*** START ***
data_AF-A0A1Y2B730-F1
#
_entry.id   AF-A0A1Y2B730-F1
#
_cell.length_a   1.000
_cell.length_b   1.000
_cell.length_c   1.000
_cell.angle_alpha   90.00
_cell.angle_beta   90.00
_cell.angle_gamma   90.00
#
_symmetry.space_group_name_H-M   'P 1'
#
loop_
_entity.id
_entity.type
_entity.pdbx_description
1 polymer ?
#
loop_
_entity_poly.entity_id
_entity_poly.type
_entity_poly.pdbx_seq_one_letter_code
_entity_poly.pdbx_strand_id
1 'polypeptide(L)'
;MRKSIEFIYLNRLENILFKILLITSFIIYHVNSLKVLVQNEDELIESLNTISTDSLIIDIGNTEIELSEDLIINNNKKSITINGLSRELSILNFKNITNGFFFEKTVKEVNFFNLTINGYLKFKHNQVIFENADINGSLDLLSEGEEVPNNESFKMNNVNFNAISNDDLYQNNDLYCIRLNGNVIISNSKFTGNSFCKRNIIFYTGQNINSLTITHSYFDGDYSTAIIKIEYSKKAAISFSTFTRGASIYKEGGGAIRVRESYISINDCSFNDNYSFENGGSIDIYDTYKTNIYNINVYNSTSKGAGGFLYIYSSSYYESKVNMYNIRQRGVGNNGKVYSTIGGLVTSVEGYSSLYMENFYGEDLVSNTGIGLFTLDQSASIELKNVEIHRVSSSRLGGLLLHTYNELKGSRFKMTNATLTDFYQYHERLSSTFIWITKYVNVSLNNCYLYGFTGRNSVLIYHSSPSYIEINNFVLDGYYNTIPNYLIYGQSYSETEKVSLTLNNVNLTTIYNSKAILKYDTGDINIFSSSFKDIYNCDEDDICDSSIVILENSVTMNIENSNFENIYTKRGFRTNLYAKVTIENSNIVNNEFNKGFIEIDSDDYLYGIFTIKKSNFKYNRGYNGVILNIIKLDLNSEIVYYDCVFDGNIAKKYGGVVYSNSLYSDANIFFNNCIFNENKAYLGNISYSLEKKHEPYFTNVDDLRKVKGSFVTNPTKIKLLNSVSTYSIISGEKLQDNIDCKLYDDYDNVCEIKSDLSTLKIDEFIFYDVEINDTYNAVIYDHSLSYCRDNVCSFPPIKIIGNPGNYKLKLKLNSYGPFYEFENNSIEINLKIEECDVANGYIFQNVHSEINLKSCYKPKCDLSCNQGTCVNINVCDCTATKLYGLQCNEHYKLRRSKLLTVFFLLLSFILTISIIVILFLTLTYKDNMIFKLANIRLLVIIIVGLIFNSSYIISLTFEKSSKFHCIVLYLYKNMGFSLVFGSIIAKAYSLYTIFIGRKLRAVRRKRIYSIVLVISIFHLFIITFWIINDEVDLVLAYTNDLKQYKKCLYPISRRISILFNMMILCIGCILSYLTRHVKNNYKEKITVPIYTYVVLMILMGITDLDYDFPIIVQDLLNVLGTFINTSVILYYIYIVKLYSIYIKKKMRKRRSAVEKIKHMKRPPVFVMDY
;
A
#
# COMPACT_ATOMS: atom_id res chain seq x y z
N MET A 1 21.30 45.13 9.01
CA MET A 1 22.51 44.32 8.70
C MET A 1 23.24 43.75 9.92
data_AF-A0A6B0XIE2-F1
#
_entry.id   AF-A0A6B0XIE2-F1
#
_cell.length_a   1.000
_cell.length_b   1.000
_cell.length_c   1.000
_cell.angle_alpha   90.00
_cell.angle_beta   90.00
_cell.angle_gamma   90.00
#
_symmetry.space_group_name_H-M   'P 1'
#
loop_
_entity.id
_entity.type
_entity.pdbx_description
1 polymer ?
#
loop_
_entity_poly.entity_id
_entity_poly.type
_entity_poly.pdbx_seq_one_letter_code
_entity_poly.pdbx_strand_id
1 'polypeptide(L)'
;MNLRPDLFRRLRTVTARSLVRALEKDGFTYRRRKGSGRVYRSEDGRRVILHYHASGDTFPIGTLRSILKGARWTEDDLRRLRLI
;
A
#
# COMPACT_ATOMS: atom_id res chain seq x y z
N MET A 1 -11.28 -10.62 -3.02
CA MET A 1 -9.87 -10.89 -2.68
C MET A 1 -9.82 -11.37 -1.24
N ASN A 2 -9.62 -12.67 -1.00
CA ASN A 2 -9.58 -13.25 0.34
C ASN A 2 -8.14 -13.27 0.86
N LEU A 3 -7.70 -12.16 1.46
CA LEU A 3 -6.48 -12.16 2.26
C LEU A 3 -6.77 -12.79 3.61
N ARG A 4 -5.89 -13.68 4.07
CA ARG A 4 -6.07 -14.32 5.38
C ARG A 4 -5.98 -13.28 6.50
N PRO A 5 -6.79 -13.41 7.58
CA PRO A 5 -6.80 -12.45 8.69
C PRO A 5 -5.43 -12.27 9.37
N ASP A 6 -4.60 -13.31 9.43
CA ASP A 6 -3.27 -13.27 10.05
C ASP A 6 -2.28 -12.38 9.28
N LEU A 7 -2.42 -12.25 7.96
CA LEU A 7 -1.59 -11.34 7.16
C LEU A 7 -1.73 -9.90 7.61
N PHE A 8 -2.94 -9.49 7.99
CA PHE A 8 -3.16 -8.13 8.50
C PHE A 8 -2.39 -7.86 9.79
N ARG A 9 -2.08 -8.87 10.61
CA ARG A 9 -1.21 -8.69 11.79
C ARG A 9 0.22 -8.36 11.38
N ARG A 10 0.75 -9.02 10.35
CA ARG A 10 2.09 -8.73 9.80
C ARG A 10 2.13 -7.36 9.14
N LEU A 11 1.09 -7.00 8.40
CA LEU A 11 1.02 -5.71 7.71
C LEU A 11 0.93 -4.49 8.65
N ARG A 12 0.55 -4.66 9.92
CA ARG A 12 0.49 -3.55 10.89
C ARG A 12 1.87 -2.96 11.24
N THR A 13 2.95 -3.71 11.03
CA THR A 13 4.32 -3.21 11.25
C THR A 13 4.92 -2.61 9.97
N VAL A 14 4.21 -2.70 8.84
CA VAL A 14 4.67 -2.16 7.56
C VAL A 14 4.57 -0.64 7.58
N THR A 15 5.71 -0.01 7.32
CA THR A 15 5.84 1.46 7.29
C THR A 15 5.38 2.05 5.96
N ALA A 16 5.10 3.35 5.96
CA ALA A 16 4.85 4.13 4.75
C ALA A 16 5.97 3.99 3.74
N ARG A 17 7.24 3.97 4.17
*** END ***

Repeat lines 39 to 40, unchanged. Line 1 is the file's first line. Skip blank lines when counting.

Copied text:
_cell.length_b   1.000
_cell.length_c   1.000